By COKIE ROBERTS AND STEVEN V. ROBERTS
The civil war ripping through the Republican Party is familiar by now. But a similar battle inside the Democratic Party is just starting to emerge. Orthodox liberals are trying to mimic the tea party and impose political correctness on moderate apostates.
They point to the election of two left-wing heroes in deep blue states — Sen. Elizabeth Warren of Massachusetts last year, and Mayor-elect Bill de Blasio in New York last month — as a sign that the party, and the country, is heading their way.
“In our minds, Elizabeth Warren is the north star to which the entire Democratic Party can look as they seek direction,” Adam Green of the Progressive Change Campaign Committee told Politico. “The wind is at our back.”
If the Democratic Party is foolish enough to listen to such nonsense, they deserve the defeats that will inevitably ensue.
The Republicans provide a stark warning of what happens when an extreme faction dominates a mainstream party. In recent years, the GOP has nominated five hardline conservatives in close Senate races who then lost in the general election.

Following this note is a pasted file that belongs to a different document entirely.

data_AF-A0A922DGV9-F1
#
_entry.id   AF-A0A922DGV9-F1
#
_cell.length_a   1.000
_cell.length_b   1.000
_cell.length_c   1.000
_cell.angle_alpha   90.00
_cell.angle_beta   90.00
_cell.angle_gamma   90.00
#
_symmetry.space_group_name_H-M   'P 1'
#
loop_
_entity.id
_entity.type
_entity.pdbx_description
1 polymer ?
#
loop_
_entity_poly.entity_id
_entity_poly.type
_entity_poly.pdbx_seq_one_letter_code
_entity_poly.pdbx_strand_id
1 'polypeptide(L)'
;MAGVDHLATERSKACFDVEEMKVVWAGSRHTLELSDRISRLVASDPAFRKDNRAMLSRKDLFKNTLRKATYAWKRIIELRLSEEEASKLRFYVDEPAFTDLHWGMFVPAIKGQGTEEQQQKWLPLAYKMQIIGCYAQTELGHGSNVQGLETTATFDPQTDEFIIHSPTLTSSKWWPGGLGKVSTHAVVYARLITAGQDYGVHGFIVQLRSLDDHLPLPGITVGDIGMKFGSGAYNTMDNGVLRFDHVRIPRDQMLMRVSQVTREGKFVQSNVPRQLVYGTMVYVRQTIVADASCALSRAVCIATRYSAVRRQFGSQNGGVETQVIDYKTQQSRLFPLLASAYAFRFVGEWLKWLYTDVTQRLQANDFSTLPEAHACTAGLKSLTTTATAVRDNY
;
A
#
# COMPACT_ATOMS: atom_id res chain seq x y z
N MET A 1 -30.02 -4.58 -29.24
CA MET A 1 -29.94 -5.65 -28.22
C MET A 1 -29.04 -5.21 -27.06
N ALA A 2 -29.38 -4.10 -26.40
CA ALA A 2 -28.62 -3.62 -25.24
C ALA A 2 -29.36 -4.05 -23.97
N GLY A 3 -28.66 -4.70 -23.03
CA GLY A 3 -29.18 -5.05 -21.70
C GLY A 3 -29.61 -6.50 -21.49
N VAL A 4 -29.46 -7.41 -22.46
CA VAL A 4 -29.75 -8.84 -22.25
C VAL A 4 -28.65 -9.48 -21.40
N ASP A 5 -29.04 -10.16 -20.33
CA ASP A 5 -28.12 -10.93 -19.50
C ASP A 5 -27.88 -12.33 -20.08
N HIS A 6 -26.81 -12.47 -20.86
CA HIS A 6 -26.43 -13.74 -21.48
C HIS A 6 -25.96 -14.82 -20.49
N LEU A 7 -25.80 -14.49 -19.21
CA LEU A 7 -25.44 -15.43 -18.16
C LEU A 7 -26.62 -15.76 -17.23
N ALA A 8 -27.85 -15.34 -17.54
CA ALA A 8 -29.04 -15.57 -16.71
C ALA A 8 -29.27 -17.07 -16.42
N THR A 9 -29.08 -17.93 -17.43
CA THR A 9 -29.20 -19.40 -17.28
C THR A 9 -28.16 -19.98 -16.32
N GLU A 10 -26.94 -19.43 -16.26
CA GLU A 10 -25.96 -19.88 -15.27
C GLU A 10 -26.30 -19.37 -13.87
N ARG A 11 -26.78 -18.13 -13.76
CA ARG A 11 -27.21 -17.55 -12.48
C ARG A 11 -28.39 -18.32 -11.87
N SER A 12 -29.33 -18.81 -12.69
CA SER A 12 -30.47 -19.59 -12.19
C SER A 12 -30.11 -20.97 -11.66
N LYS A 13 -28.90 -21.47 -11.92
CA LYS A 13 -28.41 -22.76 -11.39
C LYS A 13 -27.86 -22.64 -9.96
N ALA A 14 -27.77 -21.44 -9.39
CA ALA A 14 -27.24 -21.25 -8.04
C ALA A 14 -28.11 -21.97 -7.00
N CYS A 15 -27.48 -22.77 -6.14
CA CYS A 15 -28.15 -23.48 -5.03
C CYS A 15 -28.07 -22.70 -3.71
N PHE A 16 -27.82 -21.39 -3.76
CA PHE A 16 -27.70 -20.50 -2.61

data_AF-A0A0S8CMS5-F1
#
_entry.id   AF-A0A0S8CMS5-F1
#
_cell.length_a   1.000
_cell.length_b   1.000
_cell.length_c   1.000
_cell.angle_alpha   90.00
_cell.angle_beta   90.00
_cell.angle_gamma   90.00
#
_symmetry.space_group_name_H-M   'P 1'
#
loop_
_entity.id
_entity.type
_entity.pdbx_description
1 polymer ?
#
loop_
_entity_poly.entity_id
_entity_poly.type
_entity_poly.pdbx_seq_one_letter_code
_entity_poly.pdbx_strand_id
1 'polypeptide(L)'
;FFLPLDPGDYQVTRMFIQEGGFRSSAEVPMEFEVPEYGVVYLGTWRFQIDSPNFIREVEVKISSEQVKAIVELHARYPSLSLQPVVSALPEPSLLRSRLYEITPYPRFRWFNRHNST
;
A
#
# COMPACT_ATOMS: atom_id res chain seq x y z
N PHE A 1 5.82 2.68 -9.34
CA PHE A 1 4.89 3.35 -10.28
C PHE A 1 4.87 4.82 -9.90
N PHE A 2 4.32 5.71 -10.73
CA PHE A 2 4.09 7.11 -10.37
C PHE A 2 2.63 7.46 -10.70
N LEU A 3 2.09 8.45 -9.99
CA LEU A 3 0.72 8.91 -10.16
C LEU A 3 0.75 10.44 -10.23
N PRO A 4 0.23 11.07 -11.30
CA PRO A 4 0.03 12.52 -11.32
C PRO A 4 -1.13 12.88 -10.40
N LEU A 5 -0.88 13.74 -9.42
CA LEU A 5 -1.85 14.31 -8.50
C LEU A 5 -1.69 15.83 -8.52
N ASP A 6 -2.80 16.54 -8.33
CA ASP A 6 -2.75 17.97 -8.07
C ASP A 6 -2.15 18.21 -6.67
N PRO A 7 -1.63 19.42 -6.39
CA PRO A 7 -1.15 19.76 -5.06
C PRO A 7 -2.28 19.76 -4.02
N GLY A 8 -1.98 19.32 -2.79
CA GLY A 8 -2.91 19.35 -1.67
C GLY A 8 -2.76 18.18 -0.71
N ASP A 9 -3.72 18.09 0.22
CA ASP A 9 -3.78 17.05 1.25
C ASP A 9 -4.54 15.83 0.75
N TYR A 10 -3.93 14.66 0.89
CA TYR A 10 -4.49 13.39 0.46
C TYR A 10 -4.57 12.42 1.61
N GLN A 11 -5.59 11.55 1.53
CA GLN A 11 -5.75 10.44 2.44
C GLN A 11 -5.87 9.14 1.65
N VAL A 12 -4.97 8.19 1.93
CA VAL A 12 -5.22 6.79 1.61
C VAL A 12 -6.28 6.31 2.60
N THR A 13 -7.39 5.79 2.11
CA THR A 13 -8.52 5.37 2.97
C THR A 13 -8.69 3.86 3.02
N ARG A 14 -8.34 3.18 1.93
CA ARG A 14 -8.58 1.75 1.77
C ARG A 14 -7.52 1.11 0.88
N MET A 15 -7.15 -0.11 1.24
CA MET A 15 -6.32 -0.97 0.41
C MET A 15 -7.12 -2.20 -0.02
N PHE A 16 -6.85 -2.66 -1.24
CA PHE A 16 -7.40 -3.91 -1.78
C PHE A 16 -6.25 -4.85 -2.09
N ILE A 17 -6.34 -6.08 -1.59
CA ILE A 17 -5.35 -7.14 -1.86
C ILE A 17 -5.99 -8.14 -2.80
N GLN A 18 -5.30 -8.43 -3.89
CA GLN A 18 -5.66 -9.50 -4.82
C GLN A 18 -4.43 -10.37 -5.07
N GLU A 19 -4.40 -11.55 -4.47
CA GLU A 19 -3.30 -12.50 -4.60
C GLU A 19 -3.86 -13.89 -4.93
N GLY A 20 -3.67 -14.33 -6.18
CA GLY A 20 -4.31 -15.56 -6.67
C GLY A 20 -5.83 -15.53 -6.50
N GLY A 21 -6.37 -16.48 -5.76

Primary opponents and voters pulled Mitt Romney far to the right on issues like immigration and helped extinguish his chances of defeating President Obama. At least four senior Republican senators — Mitch McConnell, Lindsey Graham, Thad Cochran and John Cornyn — are being challenged as heretics in primaries next year. Their sin: They dare to talk to Democrats occasionally.
The self-delusion infecting the left is reflected in the numbers. In 2012, only 25 percent of voters identified as liberals while 35 percent called themselves conservatives (41 percent were moderates). In a recent Gallup survey, only 19 percent chose the label “economic liberal;” 41 percent picked “economic conservative”.
Or look at history. Since 1968, Democrats have nominated five northern liberals in the Warren mode (including two from her home state): Hubert Humphrey, George McGovern, Walter Mondale, Michael Dukakis and John Kerry. They all lost.